The good news at Interbike was seeing many ebikes and several with motors where they belong at the bottom bracket crank. Had a chance to talk with 8Fun reps about their crank motor conversion system and I ordered one to try.
I love looking at the cargo bikes and keep trying to justify buying one.
The bad news was seeing very few belt drive bikes and realizing that Gates Rubber didn’t have a booth. For a bike mechanic Gates isn’t easy to deal with, they just want to deal with big manufacturers. When I requested info a few years ago the response led me to believe they only want PhD’s in mechanical engineering trying to build bikes with belt drives. But I still like my Scot belt drive with 8 speed Shimano internal rear hub. Does Gates have any competition? Wonder how an 8Fun crank conversion with belt drive would work?
Larry Pizzi says
I really like the idea of a belt drive eBike too and you may see one in our line in the near future. Gates is not the only company in the space but probably are the most advanced. This company (https://www.cycledrive.com), CDrive is interesting too.
The only eBike that comes to mind that is using a belt drive is the Daimler Smart. The have a BionX motor with an IGH (internally geared hub) and is a pretty nice machine. (https://int.smart.com/products-ebike/12bfd2a1-2244-566e-ac98-c890cbee8d09)
Stay tuned. More cool technology ahead.
Mike P says
Prodeco is really the only company selling ebikes at decent prices. Building your.own ebike is the most cost effective option. But you have to think that with all this competition are any of these companies profitable?
Dennis Aquino says
Are Pedego and Currie Tech bikes sold overseas? Would you have dealerships in Asia, specifically, the Philippines? There’s no EBikes manufactured here but a couple of fellows import and sell china made EBikes most of which are heavy and come with lead acid batteries. I think EBikes might be a good alternative for transportation esp. for going to work as most work places are only 5-10 kilometers one way and morning rush hour traffic average 10km/h only. I myself use a folding bike sometimes to get to work but would like to know if there are electric folders in your range as well. Thanks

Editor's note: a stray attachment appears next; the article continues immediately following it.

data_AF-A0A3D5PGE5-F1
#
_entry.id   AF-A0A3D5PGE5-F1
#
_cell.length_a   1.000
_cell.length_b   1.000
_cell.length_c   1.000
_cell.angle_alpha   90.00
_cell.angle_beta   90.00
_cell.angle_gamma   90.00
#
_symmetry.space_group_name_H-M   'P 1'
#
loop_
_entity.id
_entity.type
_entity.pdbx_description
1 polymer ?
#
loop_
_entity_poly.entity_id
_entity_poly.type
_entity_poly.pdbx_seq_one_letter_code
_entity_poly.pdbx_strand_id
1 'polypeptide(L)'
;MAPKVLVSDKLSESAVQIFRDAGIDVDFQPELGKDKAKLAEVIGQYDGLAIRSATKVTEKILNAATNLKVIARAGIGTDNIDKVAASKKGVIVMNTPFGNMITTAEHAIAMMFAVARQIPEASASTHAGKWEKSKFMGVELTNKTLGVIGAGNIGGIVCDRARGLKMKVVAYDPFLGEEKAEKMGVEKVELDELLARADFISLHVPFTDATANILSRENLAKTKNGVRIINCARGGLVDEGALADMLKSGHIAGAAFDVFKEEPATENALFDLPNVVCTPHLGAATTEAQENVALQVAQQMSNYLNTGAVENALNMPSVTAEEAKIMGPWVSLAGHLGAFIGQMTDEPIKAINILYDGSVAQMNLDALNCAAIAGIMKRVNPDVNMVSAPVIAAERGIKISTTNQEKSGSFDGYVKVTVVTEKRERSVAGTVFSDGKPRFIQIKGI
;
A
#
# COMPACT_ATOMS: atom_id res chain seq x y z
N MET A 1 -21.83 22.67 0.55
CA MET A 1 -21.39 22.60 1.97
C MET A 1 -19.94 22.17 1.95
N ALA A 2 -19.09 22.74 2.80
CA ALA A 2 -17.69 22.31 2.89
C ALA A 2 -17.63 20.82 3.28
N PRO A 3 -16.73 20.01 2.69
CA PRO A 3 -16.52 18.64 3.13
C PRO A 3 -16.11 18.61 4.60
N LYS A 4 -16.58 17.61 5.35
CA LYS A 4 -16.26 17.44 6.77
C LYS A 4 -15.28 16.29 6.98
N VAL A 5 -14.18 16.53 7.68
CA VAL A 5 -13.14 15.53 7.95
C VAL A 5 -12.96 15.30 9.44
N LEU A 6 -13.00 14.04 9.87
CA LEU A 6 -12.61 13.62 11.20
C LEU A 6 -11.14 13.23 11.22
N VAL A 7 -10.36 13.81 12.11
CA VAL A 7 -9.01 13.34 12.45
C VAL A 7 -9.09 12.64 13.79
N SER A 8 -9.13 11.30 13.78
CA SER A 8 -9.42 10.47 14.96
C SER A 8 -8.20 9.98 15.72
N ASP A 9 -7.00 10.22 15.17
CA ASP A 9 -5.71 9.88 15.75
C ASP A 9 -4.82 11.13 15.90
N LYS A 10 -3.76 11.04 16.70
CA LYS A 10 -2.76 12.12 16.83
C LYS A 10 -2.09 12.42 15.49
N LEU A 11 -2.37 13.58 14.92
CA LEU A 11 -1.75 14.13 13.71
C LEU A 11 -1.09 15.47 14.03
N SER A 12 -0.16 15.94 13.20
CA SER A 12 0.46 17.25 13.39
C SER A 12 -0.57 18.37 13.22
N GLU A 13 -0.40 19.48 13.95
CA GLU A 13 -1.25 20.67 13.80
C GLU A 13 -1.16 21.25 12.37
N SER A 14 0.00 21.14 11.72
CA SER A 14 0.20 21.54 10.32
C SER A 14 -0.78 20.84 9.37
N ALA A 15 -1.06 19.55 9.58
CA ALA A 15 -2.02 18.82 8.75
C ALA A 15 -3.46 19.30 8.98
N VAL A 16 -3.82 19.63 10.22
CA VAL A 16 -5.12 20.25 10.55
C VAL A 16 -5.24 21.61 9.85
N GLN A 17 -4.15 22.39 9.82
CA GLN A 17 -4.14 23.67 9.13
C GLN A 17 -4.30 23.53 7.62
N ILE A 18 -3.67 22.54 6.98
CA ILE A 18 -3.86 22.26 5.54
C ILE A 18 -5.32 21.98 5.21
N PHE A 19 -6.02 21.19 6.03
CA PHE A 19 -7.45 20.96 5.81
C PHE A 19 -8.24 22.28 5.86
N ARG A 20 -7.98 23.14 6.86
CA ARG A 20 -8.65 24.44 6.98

Larry Pizzi says
Unfortunately, Currie does not have a distributor in the Philippines at the present time. We do have folding bikes; The IZIP Compact and also an eFlow model called the Fit.
Jeremy @ eCo Wheelz says
Thanks for the excellent videos! They’re especially helpful since we just weren’t able to make it to Interbike this year 😉
Selling integrated, complicated ebikes/components that drive costs up and reduce bike simplicity scare me.
The beauty and joy of cycling is:
1. To cover distance of about 4:1 cycling to walking
2. A transportation machine that can be inexpensive to buy and
repair, even DIY
3. Keeping the legal privilege of riding where most peds can go.
#2 and #3 are being pushed aside to attract high tech, high cost, near-future “motor” bike owners. When this happens much of the joy will be replaced with restrictive laws and owner headaches similar to auto use. For an ebike kit owner, that LOVES pedal assist, complex electronics and “motor” bike classification will be sad day.
It remains one hell of a challenge to keep our lives simple where at every turn “tyranny of the majority” impose their will on us.
HOW QUICKLY WE BECOME OUTLAWS
Larry Pizzi says
Advanced technologies in the space are driving integration and very innovative design which in fact, cost more but in many respects, make the experience of riding an eBike much better. That said, there are still a wide variety of lower priced, lower tech, eBikes and conversion kits widely available.
I do agree that its very important that any product that is marketed in the US as a electric bike, complies with the letter of the description under federal law to insure the privilege of our classification remains unchanged.